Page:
Advent Essay

Another guest post from Carol on this last week of Advent

Each year when Advent is drawing near, we begin to realize Christmas is approaching–in fact for many, it approached a while ago. There’s a radio station that has been playing Christmas music since October 1st…decorations have been mixed in with Halloween and Thanksgiving too. We talk about Advent–this time of preparation–this time of waiting, but what does it really mean to wait? It’s difficult to wait when the world around us is already shoving Christmas down our throats… But, Advent calls us to wait. Throughout Advent this year, we are looking at two characters in the Bible who don’t get much more than a mention, but the fact that they are named and mentioned, has drawn us to them. The fact that they are a part of the birth story of Jesus makes it even more incredible.

My son, Will, was born on the Thursday before Mother’s Day. I served in Youth Ministry at the time, and most Sunday’s Keith and I worshipped in different services, as he played in the Praise Team in the service that happened at the same time our Youth were in Sunday School. 

So, on that first Mother’s Day for me, I wanted to attend church and have us sit together as a family. Many people thought I was crazy for taking my 3 day old baby to church, but for me, it was exactly where we were supposed to be. At the end of the services, our pastor always invited people forward–if they wanted prayer, or to join, this was the time to come up. And on that Sunday, the three of us went forward for our pastor to pray over our new child and us as new parents. For me, it was a way of first presenting Will to the church–a way for us to ask for prayers as we began this journey as parents. 

And as I read Luke 2, I feel I can somewhat imagine what Mary was feeling as she took her baby into the Temple. It’s interesting to note that this is the first time Jesus is in Jerusalem, for we know Jerusalem will be a crucial place in the life and ministry of Jesus. According to Exodus 13, God had parents present their firstborn son to Him for consecration. This was to remind them how God had delivered them. It is here that I think I understand just a little…that Mary and Joseph who presented their son to God is an act of obedience and faithfulness–It is asking for God’s help in raising their son. 

Mary and Joseph would have been going to the temple for purification–we read about this in Leviticus 12:

6 When the days of her purification are completed, whether for a son or for a daughter, she shall bring to the priest at the entrance of the tent of meeting a lamb in its first year for a burnt offering, and a pigeon or a turtledove for a sin offering. 7 He shall offer it before the Lord, and make atonement on her behalf… 8 If she cannot afford a sheep, she shall take two turtledoves or two pigeons, one for a burnt offering and the other for a sin offering; and the priest shall make atonement on her behalf…

As they come into the temple, they encounter this man, Simeon. Simeon had been waiting at the temple, having received a revelation from the Holy Spirit, knowing that “he would not see death before he had seen the Lord’s Messiah.” (Luke 2:26)

We don’t know much about Simeon, but what we do know is impressive:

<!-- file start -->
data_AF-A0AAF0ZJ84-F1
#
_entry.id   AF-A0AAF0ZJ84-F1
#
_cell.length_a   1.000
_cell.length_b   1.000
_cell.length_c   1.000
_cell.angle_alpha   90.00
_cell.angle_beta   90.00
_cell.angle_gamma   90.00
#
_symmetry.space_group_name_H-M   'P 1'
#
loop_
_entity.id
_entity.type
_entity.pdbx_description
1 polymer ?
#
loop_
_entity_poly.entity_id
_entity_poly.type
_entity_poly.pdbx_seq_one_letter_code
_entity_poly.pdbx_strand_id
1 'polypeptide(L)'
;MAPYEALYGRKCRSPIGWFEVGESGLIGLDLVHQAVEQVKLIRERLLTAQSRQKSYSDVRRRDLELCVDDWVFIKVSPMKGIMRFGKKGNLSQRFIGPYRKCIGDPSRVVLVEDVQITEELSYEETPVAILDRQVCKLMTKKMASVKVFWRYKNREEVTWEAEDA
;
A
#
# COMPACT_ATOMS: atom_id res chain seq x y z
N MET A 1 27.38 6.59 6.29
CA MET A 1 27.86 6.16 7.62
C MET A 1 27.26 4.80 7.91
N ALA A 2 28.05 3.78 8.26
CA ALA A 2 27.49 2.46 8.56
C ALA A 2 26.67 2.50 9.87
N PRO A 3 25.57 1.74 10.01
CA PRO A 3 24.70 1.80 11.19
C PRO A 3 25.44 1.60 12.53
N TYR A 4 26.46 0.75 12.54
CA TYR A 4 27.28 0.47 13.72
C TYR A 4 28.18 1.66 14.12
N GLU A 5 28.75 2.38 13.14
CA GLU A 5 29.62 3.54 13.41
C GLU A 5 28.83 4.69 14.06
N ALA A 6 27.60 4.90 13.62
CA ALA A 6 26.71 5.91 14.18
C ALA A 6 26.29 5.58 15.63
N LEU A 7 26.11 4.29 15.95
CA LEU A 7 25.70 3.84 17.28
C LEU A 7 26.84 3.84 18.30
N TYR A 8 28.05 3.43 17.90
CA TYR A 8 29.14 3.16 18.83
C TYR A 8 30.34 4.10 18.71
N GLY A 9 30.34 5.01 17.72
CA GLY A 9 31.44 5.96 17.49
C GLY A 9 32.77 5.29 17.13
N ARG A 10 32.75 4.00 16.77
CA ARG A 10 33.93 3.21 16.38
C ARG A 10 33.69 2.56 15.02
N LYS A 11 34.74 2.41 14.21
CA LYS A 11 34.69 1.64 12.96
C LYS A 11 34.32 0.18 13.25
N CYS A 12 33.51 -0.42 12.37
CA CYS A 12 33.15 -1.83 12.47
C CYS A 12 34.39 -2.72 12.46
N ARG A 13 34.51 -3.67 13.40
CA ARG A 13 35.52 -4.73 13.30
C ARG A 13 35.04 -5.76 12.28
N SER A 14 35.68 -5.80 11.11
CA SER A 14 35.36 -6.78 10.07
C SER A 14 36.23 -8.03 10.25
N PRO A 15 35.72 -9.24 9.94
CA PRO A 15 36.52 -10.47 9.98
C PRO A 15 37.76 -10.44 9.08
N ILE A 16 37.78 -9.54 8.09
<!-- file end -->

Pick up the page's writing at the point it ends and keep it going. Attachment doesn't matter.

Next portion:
–He was righteous

–He must have loved Israel and longed for the consolation of his fellow Israelites

–The Holy Spirit rested on him, revealed things to him and moved him at the right time

–He was devout–he trusted what had been revealed to him by God and he waited, trusting that he would see the Messiah before his own death

There’s a little more we will find out about Simeon, but right now, I want us to focus on his waiting…How long had he waited? How many days that turned into months that turned into years did Simeon go to the temple and wait?

Waiting (especially in this way) suggests patience, anticipation, longing.

I can think of many reasons we wait…we long…we hope…we pray…

–For our loved one to be healed from addiction

–For a partner to share life with

–To be able to have a child

–To see someone we love healed

-from physical illness like cancer

-from mental illness

-from emotional hurts

There is often great struggle in the waiting, especially when we don’t see results. In our culture, we are used to immediate results–we click on a few  buttons and whatever we want is already being shipped–usually overnight or arriving in a few short days. We want our lives to be fixed this quickly as well, but real change, real transformation takes time. We wait. We pray. We hope. 

Oftentimes the waiting takes longer than we hope…and it is in this waiting that we will grow restless if we do not focus on the One who waits with us. Dietrich Bonhoeffer in an Advent Sermon from 1928 says, “The greatest, the deepest, the most tender experiences in all the world demand patient waiting.”  The reason Simeon could wait as long as he did, not knowing if he would ever see what he longed for, was because he waited in the presence of God.

When Keith and I asked our pastor and church to pray over Will when he was 3 days old… when we asked First Church to pray with us and help raise Will at his baptism… We cannot guarantee results, but we trust in the One who is present in the waiting. We trust in the One who will be with us each day as we raise as our son. 

Simeon trusted in the waiting. Mary and Joseph trusted in the waiting. 

Friends, whatever it is you are waiting for, I pray you do so trusting and resting in the presence and goodness of Emmanuel, God with us.

Published by Todd Nelson

I'm one of the pastors at First United Methodist Church in Lexington, Kentucky where I've served for the past thirteen years. The sub-title of this blog is "Grace is no accident" which happens to be the defining reality of my life. God's grace (gift) is the reason we have breath in our lungs and hope in our hearts.

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